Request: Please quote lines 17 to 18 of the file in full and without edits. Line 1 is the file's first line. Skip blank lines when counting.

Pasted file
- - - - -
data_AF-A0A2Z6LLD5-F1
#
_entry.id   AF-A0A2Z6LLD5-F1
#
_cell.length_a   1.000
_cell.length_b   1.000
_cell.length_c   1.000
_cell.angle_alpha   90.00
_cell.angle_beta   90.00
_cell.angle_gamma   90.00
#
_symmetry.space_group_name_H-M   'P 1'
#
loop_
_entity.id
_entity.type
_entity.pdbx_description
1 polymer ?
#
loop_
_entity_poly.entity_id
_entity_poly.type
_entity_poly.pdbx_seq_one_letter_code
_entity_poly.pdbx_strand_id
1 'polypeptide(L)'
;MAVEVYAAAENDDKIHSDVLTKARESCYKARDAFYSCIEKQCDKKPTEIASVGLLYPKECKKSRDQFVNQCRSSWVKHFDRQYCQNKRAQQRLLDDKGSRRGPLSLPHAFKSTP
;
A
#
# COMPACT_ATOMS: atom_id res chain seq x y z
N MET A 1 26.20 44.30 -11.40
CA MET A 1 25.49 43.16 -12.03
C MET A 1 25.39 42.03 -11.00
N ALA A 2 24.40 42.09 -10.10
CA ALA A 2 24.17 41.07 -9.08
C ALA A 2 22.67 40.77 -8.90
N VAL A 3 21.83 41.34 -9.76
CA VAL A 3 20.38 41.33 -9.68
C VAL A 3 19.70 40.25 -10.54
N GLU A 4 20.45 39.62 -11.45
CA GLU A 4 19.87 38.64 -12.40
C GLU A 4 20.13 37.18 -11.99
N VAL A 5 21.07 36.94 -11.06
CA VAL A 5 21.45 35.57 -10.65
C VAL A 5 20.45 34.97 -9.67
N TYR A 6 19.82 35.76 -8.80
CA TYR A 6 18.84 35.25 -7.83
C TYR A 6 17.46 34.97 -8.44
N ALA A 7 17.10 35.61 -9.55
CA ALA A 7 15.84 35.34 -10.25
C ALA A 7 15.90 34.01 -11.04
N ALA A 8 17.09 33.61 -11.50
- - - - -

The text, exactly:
_entity.pdbx_description
1 polymer ?